(MARTIN COUNTY, Fla.) -- Davy Jones of The Monkees has died at the age of 66, ABC News Radio has confirmed. His rep tells ABC News that Jones passed away from a heart attack in Indian Town, Florida.
The Martin County, FL sheriff's department released a statement that declared that, according to a witness, Jones "began to complain of not feeling well and having trouble breathing" earlier in the day. Paramedics transported Jones to Martin Health System hospital, where he was pronounced dead. The statement goes on to say "there do not appear to be any suspicious circumstances surrounding the death," and that the medical examiner is investigating the cause of death.
Born in Manchester, England, Jones began acting as a young boy, appearing on British TV and onstage in London's West End in the role of the Artful Dodger in Oliver! After he appeared with the Oliver! cast on The Ed Sullivan Show, Jones was signed to a contract with Screen Gems. When Screen Gems decided to produce a TV series about a rock and roll band, Jones got an immediate audition, and landed a part after meeting with producers Bob Rafelson and Bert Schneider.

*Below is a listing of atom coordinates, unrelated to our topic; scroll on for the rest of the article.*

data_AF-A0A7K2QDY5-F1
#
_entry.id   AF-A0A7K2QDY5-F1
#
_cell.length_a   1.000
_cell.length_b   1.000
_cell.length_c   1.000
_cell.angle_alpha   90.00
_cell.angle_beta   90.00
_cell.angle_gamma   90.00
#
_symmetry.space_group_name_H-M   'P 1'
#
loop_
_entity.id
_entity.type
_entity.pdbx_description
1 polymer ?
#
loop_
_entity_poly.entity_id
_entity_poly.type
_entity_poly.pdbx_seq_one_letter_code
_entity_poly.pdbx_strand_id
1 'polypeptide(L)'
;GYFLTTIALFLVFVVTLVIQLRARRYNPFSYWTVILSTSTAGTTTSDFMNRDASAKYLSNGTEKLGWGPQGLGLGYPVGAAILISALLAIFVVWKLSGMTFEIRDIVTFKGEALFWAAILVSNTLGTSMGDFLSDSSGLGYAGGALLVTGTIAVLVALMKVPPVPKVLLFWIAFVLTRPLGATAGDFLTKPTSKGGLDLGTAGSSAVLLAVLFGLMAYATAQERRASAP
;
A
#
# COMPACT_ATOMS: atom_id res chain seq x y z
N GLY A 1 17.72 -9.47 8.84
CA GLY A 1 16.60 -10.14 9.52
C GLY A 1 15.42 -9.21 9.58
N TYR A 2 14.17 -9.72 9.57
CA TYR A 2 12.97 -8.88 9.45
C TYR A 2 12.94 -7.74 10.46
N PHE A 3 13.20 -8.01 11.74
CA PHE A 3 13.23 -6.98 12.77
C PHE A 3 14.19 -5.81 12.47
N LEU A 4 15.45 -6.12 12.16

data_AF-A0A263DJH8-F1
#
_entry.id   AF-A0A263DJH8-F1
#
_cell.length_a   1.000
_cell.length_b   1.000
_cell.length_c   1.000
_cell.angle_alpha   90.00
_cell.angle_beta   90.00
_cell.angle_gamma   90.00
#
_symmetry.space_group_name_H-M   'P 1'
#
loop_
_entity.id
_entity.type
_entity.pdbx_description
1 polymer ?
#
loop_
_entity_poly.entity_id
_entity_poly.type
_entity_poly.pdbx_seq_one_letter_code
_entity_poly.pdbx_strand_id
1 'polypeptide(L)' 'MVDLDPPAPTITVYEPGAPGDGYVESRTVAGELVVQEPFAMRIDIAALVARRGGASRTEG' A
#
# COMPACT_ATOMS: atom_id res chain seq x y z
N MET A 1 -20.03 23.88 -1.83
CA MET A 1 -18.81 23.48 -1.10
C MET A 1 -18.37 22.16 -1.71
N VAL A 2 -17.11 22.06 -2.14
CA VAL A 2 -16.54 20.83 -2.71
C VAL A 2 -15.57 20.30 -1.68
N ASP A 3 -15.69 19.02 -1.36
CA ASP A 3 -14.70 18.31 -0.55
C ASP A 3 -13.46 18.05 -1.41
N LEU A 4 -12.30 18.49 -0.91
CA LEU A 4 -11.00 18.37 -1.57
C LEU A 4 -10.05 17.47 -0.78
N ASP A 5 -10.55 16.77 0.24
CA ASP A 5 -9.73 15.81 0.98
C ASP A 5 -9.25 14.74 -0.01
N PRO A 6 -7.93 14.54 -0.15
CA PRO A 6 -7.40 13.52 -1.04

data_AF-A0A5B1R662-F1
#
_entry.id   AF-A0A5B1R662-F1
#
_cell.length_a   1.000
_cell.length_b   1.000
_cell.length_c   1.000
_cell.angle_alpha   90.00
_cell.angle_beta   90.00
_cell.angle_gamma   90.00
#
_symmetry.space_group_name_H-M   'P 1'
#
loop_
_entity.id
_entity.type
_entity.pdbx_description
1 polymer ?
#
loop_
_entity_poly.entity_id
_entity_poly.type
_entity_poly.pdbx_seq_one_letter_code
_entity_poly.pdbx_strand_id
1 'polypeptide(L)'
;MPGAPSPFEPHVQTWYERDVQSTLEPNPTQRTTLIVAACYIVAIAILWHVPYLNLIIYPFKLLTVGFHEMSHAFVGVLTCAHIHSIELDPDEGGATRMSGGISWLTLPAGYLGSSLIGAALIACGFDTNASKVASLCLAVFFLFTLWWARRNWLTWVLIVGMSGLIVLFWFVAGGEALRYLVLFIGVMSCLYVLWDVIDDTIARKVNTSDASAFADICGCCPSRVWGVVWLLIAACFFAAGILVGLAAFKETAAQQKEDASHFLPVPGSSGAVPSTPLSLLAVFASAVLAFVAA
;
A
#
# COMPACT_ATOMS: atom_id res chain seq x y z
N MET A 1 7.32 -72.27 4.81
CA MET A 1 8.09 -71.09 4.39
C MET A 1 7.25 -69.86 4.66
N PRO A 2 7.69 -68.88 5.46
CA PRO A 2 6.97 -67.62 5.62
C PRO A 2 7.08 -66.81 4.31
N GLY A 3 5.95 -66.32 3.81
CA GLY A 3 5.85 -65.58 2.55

Known as the "Prefab Four," Jones and The Monkees -- Peter Tork, Michael Nesmith and Micky Dolenz -- sold millions of albums thanks to the hit TV series, which ran through 1968. Jones in particular became a teen idol.
After The Monkees disbanded, Jones continued a solo career, but would reunite on and off with his former band mates for a variety of tours and appearances up to the present day. He also continued his acting career, both onstage and on TV -- his appearance on The Brady Bunch was particularly memorable, and he also appeared in The Brady Bunch Movie. In addition to live TV work, Jones also lent his voice to animated series including SpongeBob Squarepants.
Jones, who had worked as a jockey in his youth, came full circle by owning and training race horses later in his career. He also continued to record, with his most recent disc, Just Me, released in 2010.
Also, as any rock trivia buff knows, Jones' mid-sixties popularity with The Monkees is the reason why an up-and-coming singer-songwriter named David Jones changed his name to David Bowie.
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